The Berklee Performance Center is one of the many venues that Berklee students idolize. With 1,200+ seats, the spotlight, and the stage that has held phenomenal artists like John Mayer, Paul Simon, and Victor Wooten, who wouldn’t want to perform there?
Nevertheless, the show that took place at the packed BPC last Sunday on September 30th, to officially close out the Berklee BeanTown Jazz Festival, wasn’t performed by a wide-eyed Berklee student who hopes to follow in the footsteps of the greats who have stood on that same stage. The mind-blowing display of top-notch musicianship was from none other than Béla Fleck and the Marcus Roberts Trio.
Béla Fleck, who has been nominated in more Grammy Awards categories than any other artist, is easily one of the most influential and technically proficient banjo players in the world. Naturally, he wouldn’t team up with just anyone. Joining him on stage was flawless and seasoned jazz pianist, Marcus Roberts, and the members of the Marcus Roberts Trio, including bassist Rodney Jordan and drummer Jason Marsalis, who both showed equal amounts of immaculate technique and overwhelming passion.
Contesting to the fact that some of the most incredibly talented and experienced performers in the world were on one stage, performing tunes not only from the recently released and progressively beautiful collaboration album from Fleck and Roberts’ trio, “Across the Imaginary Divide”, it can be said without a doubt that the genre of music performed that night cannot be filed under one category. Yet, how could it? If you know anything about Béla Fleck, you would know that he has a history of using his banjo as more than just an instrument and more as an innovative tool to delve into more than just the bluegrass that the banjo is most popularly known for, but traditional and progressive jazz, and even ragtime, as well. If you know anything about Marcus Roberts (and if you don’t then you absolutely should), then you would know that he is one of the most charismatic, energetic, and technically spectacular jazz pianists in the world. Put those two together on stage (or even on the recently released album), and you’re sure to get music that was treated with care, precision, and creativity all at the same time. With Fleck and the trio up on that stage together, we were sure to get magic. And magic was just what we got.
Clearly stunned by the sheer amount of perfection dished out even in just the first song, it was one of the first times that I have heard a crowd in the BPC absolutely silent… and I understood why. Now, let me be the first to say that I am not a jazzhead. I spent the summer in Nashville soaking in as much bluegrass and country music as I could (and I’ve got to say… I sure do love the banjo), but jazz is often a genre that is lost upon me… and unrightfully so. Béla Fleck and the Marcus Roberts Trio, with gorgeous songs such as Fleck’s original tune, “One Blue Truth”, brought together a crowd (myself enthusiastically included, I might add) who still believe that music can be more than just a typical One Direction or Justin Bieber song. The music played that night was music that is sophistically crafted, and when played, Béla and each member of the trio took their turns with solos (that were all absolutely stunning and demonstrated talent far, far beyond what is typically seen in live performances these days) and didn’t attempt to outshine each other at all – something that is extremely refreshing when compared to many shows around Berklee.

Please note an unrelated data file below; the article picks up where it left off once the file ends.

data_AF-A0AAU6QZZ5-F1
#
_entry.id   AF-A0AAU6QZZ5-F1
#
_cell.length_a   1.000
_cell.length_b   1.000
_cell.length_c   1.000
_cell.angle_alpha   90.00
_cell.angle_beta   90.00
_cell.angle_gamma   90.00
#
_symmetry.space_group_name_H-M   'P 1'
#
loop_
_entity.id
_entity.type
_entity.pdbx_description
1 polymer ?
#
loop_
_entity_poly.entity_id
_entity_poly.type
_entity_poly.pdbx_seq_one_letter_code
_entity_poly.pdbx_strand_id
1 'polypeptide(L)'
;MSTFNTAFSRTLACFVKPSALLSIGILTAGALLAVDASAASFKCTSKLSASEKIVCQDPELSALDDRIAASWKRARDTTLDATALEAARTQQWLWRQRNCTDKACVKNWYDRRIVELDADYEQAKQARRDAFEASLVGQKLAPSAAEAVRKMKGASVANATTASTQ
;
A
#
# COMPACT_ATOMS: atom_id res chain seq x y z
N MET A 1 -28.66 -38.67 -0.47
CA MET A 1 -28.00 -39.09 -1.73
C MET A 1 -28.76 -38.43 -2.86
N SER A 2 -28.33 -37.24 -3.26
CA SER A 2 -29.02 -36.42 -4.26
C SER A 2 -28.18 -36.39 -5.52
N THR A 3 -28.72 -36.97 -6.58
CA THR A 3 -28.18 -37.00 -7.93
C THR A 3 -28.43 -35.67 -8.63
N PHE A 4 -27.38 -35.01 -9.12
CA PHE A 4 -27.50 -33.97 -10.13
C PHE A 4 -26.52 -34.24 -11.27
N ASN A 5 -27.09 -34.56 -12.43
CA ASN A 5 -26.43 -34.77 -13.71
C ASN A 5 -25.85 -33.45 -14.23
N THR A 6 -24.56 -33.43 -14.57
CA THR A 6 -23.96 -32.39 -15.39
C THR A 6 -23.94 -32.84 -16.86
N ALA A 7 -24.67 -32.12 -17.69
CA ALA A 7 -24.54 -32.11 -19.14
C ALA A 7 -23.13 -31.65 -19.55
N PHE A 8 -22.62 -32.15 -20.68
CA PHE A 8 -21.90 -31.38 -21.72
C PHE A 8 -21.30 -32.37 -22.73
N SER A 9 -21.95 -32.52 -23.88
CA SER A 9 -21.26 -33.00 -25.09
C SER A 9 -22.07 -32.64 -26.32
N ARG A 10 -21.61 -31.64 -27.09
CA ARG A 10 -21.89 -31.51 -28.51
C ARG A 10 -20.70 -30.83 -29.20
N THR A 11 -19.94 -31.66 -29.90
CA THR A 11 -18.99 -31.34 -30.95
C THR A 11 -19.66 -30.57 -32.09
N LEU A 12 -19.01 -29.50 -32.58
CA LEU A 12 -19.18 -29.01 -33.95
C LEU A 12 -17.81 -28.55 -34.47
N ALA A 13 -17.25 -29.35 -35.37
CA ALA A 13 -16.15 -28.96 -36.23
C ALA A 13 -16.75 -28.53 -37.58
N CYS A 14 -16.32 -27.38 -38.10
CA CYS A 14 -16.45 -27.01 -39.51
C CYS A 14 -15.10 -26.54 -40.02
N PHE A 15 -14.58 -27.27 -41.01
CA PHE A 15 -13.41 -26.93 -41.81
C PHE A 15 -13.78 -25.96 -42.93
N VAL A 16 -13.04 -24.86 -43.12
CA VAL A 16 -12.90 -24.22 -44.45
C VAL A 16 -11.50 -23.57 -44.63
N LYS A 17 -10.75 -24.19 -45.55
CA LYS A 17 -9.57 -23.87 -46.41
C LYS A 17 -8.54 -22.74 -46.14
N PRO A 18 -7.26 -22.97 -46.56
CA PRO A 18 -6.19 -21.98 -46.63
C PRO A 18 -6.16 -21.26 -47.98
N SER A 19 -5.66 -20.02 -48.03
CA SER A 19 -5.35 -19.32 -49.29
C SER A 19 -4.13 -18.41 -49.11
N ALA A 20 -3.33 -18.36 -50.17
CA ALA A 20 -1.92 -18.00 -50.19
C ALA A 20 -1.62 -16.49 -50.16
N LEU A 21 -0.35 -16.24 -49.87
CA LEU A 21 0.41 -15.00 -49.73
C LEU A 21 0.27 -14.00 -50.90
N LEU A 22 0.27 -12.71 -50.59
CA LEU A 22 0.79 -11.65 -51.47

These are musicians that know music like the back of their hands and depend on the music to put on a show. They don’t have a fancy light show, they don’t have one person acting as the most important person on stage, they don’t have 13 different keyboards and drum machines, and they don’t even have lyrics. All they had that night were their instruments and their talent. Béla Fleck didn’t even sit center stage. Marcus Roberts, who unintentionally stole the show through his mind-blowing playing in every song, didn’t even introduce himself when introducing the band.
While I am still a country music lover at heart and don’t need much more than three chords and a good hook to make me happy, Béla Fleck and the Marcus Roberts Trio’s performance wasn’t just a show; it was a musical experience; and that, my fellow musicians, is something we should all strive to create much, much more of.
Article by Alyssa McCord
For more Béla Fleck and the Marcus Roberts Trio, check out these links below:
Béla Fleck – Official Website
Marcus Roberts Trio – Official Website
Purchase “Across the Imaginary Divide”